By Ed Moreth 

VFW celebrates real Memorial Day


Ed Moreth

IN MEMORY – Jim Gillibrand of VFW Post 3596 places a flag at the gravesite of Gerald McCartney during the post's Memorial Day services at Plains Cemetery.

The Memorial Day picnics and parties were over, but the men and women of VFW Post 3596 wanted to make sure the real reason for the annual commemoration wasn't overlooked, which is why they continue to conduct a ceremony on May 30, the original Memorial Day.

"The Monday holiday is an observance day so everybody can have a three-day weekend. We want people to know the real reason of Memorial Day and that's to pay respect to veterans who lost their lives," said retired Air Force veteran Jimmie Allison, commander of Post 3596 in Plains.  

Only a dozen people from the public showed up for the ceremony at Plains Cemetery last Thursday, but that didn't  stop the veterans of Post 3596 from honoring those military members who died serving their country.

"As long as two comrades survive – so long will the Veterans of Foreign Wars of the United States render tribute to our heroic dead," said Jim Gillibrand, the post adjutant who led the cemetery ceremony this year at the gravesite of Gerald E. McCartney, a Navy veteran who passed away in 2017.

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"On this day, forever separated to our heroic dead, we are assembled once again to express sincere reverence," he said. Gillibrand is an Army veteran who has given the Memorial Day service numerous times and still gets a little choked up. "I used to get pretty emotional because I was talking about people who gave their lives for our freedom and our country," said Gillibrand.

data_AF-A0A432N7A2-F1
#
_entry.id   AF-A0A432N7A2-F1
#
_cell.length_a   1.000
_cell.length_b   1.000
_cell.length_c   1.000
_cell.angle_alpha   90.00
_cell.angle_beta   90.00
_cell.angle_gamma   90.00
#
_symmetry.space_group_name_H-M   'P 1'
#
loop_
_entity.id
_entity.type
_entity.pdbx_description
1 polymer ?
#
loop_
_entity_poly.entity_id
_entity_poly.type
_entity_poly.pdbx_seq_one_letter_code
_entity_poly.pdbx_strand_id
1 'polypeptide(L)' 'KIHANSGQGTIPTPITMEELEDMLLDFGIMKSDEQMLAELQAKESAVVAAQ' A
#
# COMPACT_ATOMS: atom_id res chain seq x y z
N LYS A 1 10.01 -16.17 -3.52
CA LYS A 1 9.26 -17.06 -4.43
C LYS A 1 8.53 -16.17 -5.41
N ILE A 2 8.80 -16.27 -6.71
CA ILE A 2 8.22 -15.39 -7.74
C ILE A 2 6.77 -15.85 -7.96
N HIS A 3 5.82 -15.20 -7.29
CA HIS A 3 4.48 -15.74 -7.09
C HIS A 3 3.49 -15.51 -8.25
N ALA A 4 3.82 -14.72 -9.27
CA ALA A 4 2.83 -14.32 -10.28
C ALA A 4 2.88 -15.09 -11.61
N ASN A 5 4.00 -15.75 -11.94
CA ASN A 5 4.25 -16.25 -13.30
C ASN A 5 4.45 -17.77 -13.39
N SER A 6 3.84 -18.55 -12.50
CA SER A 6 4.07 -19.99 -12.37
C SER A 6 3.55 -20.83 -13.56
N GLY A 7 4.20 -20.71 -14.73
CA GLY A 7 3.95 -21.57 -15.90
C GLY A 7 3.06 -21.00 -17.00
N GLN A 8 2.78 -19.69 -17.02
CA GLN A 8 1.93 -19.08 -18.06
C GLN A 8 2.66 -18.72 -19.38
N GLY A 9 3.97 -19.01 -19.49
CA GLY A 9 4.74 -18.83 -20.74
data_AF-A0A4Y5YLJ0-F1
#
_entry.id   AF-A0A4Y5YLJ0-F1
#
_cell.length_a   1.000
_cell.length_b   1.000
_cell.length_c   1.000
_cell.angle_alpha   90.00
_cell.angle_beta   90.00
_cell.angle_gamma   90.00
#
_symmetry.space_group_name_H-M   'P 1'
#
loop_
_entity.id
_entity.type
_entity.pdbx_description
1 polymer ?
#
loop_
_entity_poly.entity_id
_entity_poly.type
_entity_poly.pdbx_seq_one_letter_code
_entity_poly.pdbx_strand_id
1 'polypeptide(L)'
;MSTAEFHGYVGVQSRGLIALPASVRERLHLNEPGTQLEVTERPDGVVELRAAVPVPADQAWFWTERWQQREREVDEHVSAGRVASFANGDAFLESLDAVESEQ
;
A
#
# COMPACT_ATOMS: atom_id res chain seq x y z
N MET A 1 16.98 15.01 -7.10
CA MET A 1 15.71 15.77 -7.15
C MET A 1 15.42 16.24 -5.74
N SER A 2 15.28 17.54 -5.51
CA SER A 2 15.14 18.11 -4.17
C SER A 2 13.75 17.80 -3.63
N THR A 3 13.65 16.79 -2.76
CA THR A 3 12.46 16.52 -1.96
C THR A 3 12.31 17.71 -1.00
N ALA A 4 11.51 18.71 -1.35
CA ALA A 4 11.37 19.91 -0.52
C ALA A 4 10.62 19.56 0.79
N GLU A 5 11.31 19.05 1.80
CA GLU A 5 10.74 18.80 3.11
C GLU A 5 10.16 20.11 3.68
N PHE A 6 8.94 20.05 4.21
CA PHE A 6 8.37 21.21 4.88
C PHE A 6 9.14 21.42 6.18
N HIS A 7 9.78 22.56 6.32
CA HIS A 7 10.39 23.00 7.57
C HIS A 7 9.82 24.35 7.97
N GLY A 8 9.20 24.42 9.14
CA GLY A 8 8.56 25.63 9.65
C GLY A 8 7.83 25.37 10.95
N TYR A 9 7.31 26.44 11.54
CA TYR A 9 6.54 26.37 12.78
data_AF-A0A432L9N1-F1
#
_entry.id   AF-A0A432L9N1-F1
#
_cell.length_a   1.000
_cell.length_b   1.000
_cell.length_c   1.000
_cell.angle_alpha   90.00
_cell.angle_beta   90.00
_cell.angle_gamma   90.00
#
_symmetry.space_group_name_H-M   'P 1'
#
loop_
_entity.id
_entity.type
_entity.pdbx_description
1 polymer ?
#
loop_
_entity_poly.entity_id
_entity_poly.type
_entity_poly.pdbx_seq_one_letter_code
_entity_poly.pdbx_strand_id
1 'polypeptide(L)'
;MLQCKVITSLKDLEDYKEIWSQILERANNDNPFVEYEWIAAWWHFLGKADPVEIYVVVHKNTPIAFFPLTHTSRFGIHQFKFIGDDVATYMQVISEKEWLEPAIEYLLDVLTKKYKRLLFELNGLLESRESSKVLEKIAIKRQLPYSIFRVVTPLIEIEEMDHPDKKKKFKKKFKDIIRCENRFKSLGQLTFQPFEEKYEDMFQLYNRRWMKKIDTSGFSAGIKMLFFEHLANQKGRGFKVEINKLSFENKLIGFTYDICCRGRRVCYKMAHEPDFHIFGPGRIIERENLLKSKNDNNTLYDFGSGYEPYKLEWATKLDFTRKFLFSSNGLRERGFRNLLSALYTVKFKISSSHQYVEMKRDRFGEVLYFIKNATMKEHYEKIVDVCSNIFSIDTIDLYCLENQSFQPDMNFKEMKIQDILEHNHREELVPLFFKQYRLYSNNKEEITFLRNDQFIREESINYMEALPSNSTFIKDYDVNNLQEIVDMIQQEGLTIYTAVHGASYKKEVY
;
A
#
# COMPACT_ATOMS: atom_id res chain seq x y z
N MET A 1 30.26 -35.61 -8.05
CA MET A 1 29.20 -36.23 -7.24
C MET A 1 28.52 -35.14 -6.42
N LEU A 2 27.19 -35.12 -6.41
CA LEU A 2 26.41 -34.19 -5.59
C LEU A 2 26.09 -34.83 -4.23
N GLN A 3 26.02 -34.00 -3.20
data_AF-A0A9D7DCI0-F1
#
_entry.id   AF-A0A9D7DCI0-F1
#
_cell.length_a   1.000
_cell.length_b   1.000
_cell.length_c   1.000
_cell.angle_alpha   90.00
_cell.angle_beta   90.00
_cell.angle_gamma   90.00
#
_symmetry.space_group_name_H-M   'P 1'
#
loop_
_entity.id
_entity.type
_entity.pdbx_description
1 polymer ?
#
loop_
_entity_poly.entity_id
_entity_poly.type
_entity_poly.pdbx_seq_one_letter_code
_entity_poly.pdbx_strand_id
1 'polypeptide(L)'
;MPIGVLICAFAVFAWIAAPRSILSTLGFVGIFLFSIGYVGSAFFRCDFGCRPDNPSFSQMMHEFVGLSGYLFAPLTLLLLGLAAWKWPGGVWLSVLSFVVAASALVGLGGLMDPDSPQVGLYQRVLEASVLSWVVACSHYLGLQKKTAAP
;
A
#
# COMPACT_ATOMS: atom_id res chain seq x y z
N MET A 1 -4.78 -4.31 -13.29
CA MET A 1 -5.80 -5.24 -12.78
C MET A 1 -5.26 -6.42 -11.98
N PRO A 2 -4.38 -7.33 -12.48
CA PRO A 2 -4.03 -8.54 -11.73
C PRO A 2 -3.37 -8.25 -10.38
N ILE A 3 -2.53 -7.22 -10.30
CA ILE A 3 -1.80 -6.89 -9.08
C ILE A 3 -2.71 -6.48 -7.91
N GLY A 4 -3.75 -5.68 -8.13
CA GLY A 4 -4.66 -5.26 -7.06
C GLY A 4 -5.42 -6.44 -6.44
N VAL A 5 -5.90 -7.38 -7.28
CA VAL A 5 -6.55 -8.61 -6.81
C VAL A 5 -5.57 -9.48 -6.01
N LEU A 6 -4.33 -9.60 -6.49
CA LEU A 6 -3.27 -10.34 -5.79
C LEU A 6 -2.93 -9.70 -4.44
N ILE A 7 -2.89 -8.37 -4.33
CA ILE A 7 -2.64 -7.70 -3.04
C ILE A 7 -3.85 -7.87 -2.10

Once Gillibrand was done speaking, Gary Jensen, a Navy vet, laid a small wreath on McCartney's grave, followed by Navy veteran Charles "Oly" Oelschlader, who placed a white carnation. Larry Smith, an Air Force veteran, put a red carnation down. Nora Verpoorten of the VFW Auxiliary also laid a carnation and Gillibrand placed a small U.S. flag at the gravesite, followed by a prayer by the post chaplain, Otto Otnes.

Memorial Day was originally established as Decoration Day shortly after the Civil War to honor those who perished in service to the country. It was changed to Memorial Day in 1967 and eventually was switched from May 30 to the last Monday in May.

Following the ceremony at the cemetery, Allison and VFW member Joe Eisenbrandt took the cemetery flag from its half-staff position back to the top. Each year, Kim and Margaret McNeil of Plains purchase new American and POW/MIA flags for the cemetery. This year, they also purchased the Navy flag. Bede Frye, Brittany Cook, Denise Barton and John Lemro paid for the Army, Coast Guard, Air Force, and Marine Corps flags at the cemetery. Barton also helped pay for the POW/MIA flag. All flag donors are Plains residents.

The cemetery service lasted just over 30 minutes and when complete the group moved to the Sanders County Fair bridge, where Allison continued the ceremony. Oelschlader then tossed a biodegradable wreath into the Clark Fork River to commemorate the sea services - the Coast Guard, Navy and Marine Corps. To end the hour-long ceremony, Eisenbrandt played Taps on the electronic bugle.

Ed Moreth

SANDERS COUNTY SHEIRFF Tom Rummel (center) joins veterans for a Memorial Day ceremony in Noxon last Thursday.


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